Philosophers vs. Zombies Akademia with Adam

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Every now and again, philosophers like to get together to create and destroy zombies.

Sadly, but inevitably, this is not nearly as cool as it sounds, though the ramifications can still be spooky. Philosophy zombies are devices often used in thought experiments to illustrate that the mind cannot be understood through biology alone.

The question of consciousness is one of the largest unresolved problems within philosophical circles. Consciousness can be described as the ability to have and interpret first-person experiences.

The troubling question is whether such a process is physical in nature (physicalism), or if there are higher processes that we do not understand.

Philosophers who oppose physicalism often utilize thought experiments to make their point. Such experiments revolve around the concept of “philosophy zombies.”

The most common version of such experiments runs as follows; imagine you were to have a being that looks and behaves exactly like a human.

It has a job and a car, it eats food and drinks water, if you strike it with a bat or a pumpkin it will recoil in pain.

But despite the illusion of experience, these “zombies” do not actually experience anything.

When the zombie is hit, for example, it only does what one would expect a human to do; it doesn’t truly experience the interaction or react based on said experience. It would not be conscious, yet no one would be able to discern that fact.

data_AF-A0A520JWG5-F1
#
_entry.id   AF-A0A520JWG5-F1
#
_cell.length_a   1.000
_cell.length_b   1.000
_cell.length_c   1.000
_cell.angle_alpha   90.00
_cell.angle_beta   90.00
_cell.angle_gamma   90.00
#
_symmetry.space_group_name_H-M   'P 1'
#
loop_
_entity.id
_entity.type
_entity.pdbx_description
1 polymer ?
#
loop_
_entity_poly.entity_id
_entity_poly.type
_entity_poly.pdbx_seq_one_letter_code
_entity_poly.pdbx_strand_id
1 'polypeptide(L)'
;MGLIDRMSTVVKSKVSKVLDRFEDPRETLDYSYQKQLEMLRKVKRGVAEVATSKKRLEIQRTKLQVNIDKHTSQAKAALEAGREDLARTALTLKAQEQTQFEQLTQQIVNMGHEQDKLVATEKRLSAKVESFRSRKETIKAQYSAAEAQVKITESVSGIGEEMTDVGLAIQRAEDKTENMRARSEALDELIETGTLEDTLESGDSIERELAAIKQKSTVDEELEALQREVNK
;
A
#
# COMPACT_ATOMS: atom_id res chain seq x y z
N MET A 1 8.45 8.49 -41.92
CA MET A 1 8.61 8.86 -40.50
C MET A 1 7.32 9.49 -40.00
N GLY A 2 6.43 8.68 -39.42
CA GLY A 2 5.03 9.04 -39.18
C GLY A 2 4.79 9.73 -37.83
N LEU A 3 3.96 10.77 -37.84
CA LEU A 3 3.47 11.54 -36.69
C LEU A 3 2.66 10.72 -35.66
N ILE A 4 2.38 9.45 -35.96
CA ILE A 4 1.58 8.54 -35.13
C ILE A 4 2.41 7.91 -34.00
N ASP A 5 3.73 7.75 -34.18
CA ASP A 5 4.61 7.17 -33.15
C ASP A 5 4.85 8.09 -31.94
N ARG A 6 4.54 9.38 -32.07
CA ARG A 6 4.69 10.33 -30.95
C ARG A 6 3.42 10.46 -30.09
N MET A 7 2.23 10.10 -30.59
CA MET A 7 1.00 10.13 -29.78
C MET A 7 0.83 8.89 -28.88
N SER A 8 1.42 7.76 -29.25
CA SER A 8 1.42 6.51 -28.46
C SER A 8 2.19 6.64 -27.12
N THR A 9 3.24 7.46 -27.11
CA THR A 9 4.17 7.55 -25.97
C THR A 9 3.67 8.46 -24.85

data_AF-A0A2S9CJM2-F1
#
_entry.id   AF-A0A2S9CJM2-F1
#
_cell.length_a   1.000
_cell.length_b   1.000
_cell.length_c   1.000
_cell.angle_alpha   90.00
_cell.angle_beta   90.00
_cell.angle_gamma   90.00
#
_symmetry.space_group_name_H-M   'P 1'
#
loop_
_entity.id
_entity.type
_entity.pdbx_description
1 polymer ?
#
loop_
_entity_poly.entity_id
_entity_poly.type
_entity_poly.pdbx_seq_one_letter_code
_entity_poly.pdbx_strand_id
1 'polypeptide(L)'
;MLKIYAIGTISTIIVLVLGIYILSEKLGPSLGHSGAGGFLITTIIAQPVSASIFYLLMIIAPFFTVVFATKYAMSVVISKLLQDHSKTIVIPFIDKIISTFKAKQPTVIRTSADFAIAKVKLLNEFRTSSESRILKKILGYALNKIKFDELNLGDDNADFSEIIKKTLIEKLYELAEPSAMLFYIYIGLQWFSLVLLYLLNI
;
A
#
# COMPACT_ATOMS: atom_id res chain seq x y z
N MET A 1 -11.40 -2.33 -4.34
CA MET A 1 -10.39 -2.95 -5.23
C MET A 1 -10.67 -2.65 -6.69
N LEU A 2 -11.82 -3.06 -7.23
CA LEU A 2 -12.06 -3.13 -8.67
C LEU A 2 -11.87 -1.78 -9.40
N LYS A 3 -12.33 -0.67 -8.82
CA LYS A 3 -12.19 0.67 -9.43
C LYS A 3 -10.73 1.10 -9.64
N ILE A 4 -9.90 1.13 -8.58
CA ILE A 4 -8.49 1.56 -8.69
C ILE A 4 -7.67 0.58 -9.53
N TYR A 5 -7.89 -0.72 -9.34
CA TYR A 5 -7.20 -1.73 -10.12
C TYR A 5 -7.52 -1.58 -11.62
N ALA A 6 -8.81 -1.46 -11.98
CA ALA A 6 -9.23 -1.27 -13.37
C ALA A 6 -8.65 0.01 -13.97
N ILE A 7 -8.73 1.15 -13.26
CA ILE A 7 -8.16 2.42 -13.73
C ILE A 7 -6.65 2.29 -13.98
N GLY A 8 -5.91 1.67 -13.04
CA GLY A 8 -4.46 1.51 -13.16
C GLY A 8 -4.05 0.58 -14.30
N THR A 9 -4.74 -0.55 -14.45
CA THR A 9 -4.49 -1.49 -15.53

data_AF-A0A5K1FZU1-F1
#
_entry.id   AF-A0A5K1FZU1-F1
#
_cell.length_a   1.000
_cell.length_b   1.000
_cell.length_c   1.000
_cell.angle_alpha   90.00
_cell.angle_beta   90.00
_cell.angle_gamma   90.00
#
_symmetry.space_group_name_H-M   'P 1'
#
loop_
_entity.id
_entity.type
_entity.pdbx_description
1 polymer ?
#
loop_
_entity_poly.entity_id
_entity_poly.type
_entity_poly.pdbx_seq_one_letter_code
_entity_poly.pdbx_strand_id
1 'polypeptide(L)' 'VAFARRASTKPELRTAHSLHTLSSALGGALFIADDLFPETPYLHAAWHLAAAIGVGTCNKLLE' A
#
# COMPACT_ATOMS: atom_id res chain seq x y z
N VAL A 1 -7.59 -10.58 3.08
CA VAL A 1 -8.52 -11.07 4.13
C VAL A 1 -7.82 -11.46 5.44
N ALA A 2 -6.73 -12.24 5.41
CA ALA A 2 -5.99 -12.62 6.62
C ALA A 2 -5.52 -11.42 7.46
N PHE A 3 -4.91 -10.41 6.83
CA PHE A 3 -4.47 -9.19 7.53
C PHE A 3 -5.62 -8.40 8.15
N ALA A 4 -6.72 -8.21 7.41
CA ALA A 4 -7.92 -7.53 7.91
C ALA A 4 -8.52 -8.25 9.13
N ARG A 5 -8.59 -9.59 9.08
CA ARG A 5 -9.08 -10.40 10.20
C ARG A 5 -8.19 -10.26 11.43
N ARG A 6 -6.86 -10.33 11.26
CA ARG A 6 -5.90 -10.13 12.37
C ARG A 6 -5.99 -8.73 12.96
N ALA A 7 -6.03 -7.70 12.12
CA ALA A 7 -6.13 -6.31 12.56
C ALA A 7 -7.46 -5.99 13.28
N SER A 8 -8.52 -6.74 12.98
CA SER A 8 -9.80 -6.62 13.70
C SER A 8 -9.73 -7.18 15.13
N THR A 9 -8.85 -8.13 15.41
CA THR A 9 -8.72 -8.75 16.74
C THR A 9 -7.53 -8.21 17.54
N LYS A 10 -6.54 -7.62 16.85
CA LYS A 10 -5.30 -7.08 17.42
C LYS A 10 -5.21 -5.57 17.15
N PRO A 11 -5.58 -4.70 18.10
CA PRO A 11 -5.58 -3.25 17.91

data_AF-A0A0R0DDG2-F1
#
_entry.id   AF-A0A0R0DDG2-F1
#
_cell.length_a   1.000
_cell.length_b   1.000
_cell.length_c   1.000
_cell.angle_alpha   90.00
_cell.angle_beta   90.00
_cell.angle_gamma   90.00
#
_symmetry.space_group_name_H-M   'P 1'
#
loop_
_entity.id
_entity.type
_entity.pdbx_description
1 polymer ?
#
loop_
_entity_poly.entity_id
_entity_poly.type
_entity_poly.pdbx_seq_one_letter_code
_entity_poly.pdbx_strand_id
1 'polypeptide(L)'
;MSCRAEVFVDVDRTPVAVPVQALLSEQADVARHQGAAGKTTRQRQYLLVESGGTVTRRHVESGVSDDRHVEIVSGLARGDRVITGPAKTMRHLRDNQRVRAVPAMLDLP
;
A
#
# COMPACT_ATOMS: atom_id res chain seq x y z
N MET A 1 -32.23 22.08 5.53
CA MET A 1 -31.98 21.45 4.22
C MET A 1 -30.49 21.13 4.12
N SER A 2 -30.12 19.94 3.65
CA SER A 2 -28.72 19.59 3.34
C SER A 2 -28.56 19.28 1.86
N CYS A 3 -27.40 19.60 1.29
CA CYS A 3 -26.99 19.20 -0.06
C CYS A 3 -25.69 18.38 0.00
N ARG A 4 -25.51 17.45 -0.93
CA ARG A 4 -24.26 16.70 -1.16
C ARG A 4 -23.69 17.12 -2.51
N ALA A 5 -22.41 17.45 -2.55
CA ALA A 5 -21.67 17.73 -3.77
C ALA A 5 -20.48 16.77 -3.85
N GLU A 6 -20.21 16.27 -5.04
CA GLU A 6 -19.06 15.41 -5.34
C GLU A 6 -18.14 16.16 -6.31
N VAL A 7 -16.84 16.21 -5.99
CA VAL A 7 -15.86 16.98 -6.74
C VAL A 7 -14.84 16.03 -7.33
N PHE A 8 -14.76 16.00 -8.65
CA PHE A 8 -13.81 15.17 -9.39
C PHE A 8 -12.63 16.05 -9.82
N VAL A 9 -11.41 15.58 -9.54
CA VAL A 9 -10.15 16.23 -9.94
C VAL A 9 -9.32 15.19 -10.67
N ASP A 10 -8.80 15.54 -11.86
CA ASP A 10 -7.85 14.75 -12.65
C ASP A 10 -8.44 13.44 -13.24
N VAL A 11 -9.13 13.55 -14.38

If such creatures could (emphasis on could) exist, then a purely physical approach to consciousness becomes untenable.

Indeed, proponents of the idea state that the concept alone of the possibility of zombies is sufficient evidence to demonstrate the faultiness of physicalism.

The contention from physicalists is simply that such creatures could not exist, even within the hypothetical bounds of a thought experiment. For any so-called zombie that maintained all the features of consciousness must simply be conscious. This is often where the dialogue between camps breaks down, as such debates return us to square one: the issue of physicality.

We are, therefore, left to wonder not if such zombies could exist but rather what implications they have on our perception of the world and ourselves.